Given the inherent ability of stem cells to differentiate into multiple tissue lineages, the potential of stem cell therapy to be the “ultimate repair toolbox” for spinal cord repair after injury, recovery from a traumatic brain injury, or even severe skin wounds and burns is promising. As investigators venture into these exciting areas, new questions undoubtedly will arise. Can we ensure that the delivery of these cells will not heighten the risk for tumor formation, as has been suggested?27 How can we ensure that these cells behave in the intended manner and result in functional tissue recovery after transplantation?
These examples illustrate the many approaches and considerations in the development of clinically relevant regenerative medicine strategies. There is substantial evidence that exercise, mechanical stimulation, or both will play a critical role in the success of neurogenerative and musculoskeletal regenerative therapies. For the remainder of this review, we concentrate on the potential use of physical therapeutics in the application of cellular therapies.
Common Barriers in the Development of Cellular Therapies
Some key features determining the success of stem cell therapy, once introduced into the host, include the abilities of stem cells to survive and divide after transplantation, migrate to the site of interest, and effectively differentiate into the targeted tissue of interest (reviewed by Bongso et al28). Donor stem cell regenerative potential is affected by sex,29 age,25,30 and disease state.31–33 Deasy et al29 found that muscle stem cells isolated from male mice had a significantly decreased myogenic capacity compared with those from their female counterparts, a difference largely attributed to the male cells' relatively decreased resistance to stress. The upregulation of cellular resistance to stress enhances the transplantation efficiency of donor cells.34 In a study by Urish et al,34 the antioxidant levels of muscle stem cells obtained from mice were upregulated, resulting in a significantly increased myogenic engraftment of donor cells after transplantation. Similarly, in individuals with diabetes, endothelial progenitor cells display a significantly decreased capacity for angiogenesis compared with counterparts without diabetes.33,35 This impaired angiogenic response also was linked to decreased endothelial progenitor cell resistance to stress.36 Fortunately, these changes are reversible, and modulation of the critical pathways determining progenitor resistance to stress restores cellular functionality and results in the attenuation of diabetes.37,38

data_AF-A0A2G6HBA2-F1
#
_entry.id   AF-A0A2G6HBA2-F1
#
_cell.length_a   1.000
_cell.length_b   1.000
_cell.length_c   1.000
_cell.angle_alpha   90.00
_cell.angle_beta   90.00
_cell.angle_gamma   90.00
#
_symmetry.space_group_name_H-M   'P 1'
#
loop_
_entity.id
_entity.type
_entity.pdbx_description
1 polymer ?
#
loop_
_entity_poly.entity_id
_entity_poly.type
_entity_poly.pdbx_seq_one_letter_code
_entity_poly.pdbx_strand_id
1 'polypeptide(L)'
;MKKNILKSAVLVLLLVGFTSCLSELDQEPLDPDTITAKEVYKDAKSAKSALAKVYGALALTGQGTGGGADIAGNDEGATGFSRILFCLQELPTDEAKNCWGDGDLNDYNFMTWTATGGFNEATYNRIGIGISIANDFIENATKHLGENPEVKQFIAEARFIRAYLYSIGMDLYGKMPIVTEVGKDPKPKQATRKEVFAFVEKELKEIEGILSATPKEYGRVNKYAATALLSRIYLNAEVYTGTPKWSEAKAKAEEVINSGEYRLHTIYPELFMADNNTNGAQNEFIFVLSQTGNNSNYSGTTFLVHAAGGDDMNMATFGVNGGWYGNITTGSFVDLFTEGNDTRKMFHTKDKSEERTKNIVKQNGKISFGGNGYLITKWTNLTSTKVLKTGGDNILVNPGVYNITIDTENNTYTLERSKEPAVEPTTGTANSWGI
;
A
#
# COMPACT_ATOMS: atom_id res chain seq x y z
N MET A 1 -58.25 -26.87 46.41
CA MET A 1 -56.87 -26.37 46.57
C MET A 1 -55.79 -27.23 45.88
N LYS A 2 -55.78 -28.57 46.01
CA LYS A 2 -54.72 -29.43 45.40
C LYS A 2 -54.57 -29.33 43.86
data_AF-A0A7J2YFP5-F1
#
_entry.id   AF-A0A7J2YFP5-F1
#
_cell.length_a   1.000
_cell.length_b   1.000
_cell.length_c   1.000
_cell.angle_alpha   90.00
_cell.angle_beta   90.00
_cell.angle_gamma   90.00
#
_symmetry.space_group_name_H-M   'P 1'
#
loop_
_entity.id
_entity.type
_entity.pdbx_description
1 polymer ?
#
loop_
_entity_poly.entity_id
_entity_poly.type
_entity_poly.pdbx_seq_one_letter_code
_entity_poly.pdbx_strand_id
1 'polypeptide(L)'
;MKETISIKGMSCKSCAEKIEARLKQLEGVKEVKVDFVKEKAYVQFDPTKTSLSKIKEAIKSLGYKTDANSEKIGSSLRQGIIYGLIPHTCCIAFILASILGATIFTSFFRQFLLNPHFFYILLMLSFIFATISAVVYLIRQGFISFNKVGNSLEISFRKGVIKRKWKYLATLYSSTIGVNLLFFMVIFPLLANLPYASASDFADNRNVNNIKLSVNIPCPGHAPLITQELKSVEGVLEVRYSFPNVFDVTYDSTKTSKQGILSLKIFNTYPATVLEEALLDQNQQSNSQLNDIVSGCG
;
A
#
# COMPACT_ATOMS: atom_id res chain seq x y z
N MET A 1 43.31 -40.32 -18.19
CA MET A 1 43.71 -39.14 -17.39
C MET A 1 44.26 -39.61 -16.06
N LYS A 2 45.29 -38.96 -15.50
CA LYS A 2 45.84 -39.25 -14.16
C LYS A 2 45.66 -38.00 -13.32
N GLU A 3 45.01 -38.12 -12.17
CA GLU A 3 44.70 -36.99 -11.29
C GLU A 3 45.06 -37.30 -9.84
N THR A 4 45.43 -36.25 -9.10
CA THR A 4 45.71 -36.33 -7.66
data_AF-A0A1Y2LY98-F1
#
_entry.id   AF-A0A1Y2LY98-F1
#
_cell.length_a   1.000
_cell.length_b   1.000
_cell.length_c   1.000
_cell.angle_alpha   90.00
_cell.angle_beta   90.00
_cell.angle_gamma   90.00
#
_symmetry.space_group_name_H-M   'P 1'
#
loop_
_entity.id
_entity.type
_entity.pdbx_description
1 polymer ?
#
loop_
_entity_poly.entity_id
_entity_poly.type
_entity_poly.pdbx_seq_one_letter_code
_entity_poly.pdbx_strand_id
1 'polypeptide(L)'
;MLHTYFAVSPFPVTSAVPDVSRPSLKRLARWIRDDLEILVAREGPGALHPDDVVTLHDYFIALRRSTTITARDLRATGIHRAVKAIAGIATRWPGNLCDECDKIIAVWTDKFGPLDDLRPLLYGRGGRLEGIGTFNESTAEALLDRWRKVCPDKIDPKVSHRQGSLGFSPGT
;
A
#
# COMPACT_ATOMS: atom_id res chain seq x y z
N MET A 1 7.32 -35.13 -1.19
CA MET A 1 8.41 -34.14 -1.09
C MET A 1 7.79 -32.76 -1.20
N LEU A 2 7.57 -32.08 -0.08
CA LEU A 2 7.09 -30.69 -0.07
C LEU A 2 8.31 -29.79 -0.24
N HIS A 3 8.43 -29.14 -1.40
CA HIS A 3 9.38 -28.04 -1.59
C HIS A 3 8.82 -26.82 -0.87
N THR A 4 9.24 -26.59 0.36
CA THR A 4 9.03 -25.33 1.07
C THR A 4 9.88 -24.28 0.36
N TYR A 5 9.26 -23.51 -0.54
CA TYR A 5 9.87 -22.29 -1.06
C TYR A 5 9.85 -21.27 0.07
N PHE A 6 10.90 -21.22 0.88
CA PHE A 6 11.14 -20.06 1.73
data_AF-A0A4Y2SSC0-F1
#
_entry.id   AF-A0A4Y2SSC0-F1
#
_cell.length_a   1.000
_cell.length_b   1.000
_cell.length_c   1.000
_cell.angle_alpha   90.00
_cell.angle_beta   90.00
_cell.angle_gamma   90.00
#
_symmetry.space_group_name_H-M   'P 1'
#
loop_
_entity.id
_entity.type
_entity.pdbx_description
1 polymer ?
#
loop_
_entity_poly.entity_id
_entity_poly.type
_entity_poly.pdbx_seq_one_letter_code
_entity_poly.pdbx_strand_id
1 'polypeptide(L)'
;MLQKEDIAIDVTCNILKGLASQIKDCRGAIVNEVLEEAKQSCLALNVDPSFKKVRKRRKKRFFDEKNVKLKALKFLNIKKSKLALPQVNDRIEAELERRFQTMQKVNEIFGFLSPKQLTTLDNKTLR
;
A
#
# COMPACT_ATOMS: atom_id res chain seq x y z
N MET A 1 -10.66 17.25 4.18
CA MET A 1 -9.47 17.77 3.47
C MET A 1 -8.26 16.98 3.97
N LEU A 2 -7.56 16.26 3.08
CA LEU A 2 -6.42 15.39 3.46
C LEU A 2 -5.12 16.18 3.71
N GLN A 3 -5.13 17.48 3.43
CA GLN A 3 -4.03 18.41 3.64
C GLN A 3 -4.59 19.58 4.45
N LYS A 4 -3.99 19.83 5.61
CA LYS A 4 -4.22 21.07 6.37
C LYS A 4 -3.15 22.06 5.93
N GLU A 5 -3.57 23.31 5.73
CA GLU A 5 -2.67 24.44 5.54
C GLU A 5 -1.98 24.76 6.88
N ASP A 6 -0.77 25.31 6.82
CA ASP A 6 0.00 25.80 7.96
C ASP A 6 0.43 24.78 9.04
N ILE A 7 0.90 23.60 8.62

Many of the critical factors determining the success of cell transplantation in murine models have been linked to the host microenvironment, or niche. For example, mouse embryonic stem cells, which typically demonstrate exquisite regenerative potential and resistance to stress, rapidly assume an aged phenotype once transplanted into an aged muscle environment.39 This occurrence is evidenced by increased scar tissue formation and decreased myogenic differentiation of the embryonic donor cells.39 On the other hand, modulation of the aged muscle environment by exposure to a young systemic environment actually rejuvenates the regenerative potential of very old cells.30,40 Niche modulation of aged, injured, or diseased tissue has long been thought to be a prerequisite for successful stem cell transplantation.31,41 Although traditional approaches have involved gene therapy or direct growth factor injection to modulate the niche, these approaches have cost, safety, or feasibility issues that may limit their clinical application. Noninvasive, inexpensive methods to enhance the stem cell microenvironment are clearly of clinical importance.
Can Stem Cells and the Stem Cell Environment Be Rehabilitated?